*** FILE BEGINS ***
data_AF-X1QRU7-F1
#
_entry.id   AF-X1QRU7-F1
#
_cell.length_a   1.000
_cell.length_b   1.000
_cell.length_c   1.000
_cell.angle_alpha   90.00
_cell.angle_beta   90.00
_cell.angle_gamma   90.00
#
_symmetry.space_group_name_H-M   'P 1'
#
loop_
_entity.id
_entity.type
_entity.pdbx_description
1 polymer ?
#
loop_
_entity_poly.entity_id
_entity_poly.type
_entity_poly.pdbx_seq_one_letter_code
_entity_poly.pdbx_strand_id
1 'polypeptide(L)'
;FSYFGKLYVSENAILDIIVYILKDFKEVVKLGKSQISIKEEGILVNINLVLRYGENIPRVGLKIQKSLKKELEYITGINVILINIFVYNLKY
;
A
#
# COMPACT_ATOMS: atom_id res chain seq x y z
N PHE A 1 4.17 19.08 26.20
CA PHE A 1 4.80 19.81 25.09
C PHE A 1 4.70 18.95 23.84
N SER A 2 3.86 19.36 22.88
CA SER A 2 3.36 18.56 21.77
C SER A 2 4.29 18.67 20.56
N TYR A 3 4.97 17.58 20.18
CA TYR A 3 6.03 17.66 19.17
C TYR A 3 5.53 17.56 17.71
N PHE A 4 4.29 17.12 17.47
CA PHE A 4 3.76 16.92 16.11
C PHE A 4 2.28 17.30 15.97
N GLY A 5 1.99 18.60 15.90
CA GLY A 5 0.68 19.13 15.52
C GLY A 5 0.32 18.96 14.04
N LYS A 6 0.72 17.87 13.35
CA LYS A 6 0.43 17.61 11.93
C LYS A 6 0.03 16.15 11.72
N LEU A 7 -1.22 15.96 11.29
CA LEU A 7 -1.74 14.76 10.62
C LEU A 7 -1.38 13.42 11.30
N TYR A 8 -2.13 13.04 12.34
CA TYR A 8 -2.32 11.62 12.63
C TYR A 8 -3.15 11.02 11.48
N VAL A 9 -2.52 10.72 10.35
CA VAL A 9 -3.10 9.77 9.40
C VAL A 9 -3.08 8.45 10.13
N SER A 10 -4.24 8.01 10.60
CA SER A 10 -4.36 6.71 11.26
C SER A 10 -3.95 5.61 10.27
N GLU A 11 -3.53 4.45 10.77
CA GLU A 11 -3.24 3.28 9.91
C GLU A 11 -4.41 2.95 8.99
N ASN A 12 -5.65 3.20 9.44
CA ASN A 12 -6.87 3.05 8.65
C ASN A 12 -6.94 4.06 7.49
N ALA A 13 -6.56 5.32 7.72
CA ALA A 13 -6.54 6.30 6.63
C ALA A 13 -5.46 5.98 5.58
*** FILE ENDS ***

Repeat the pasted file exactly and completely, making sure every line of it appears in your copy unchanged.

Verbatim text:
data_AF-X1QRU7-F1
#
_entry.id   AF-X1QRU7-F1
#
_cell.length_a   1.000
_cell.length_b   1.000
_cell.length_c   1.000
_cell.angle_alpha   90.00
_cell.angle_beta   90.00
_cell.angle_gamma   90.00
#
_symmetry.space_group_name_H-M   'P 1'
#
loop_
_entity.id
_entity.type
_entity.pdbx_description
1 polymer ?
#
loop_
_entity_poly.entity_id
_entity_poly.type
_entity_poly.pdbx_seq_one_letter_code
_entity_poly.pdbx_strand_id
1 'polypeptide(L)'
;FSYFGKLYVSENAILDIIVYILKDFKEVVKLGKSQISIKEEGILVNINLVLRYGENIPRVGLKIQKSLKKELEYITGINVILINIFVYNLKY
;
A
#
# COMPACT_ATOMS: atom_id res chain seq x y z
N PHE A 1 4.17 19.08 26.20
CA PHE A 1 4.80 19.81 25.09
C PHE A 1 4.70 18.95 23.84
N SER A 2 3.86 19.36 22.88
CA SER A 2 3.36 18.56 21.77
C SER A 2 4.29 18.67 20.56
N TYR A 3 4.97 17.58 20.18
CA TYR A 3 6.03 17.66 19.17
C TYR A 3 5.53 17.56 17.71
N PHE A 4 4.29 17.12 17.47
CA PHE A 4 3.76 16.92 16.11
C PHE A 4 2.28 17.30 15.97
N GLY A 5 1.99 18.60 15.90
CA GLY A 5 0.68 19.13 15.52
C GLY A 5 0.32 18.96 14.04
N LYS A 6 0.72 17.87 13.35
CA LYS A 6 0.43 17.61 11.93
C LYS A 6 0.03 16.15 11.72
N LEU A 7 -1.22 15.96 11.29
CA LEU A 7 -1.74 14.76 10.62
C LEU A 7 -1.38 13.42 11.30
N TYR A 8 -2.13 13.04 12.34
CA TYR A 8 -2.32 11.62 12.63
C TYR A 8 -3.15 11.02 11.48
N VAL A 9 -2.52 10.72 10.35
CA VAL A 9 -3.10 9.77 9.40
C VAL A 9 -3.08 8.45 10.13
N SER A 10 -4.24 8.01 10.60
CA SER A 10 -4.36 6.71 11.26
C SER A 10 -3.95 5.61 10.27
N GLU A 11 -3.53 4.45 10.77
CA GLU A 11 -3.24 3.28 9.91
C GLU A 11 -4.41 2.95 8.99
N ASN A 12 -5.65 3.20 9.44
CA ASN A 12 -6.87 3.05 8.65
C ASN A 12 -6.94 4.06 7.49
N ALA A 13 -6.56 5.32 7.72
CA ALA A 13 -6.54 6.30 6.63
C ALA A 13 -5.46 5.98 5.58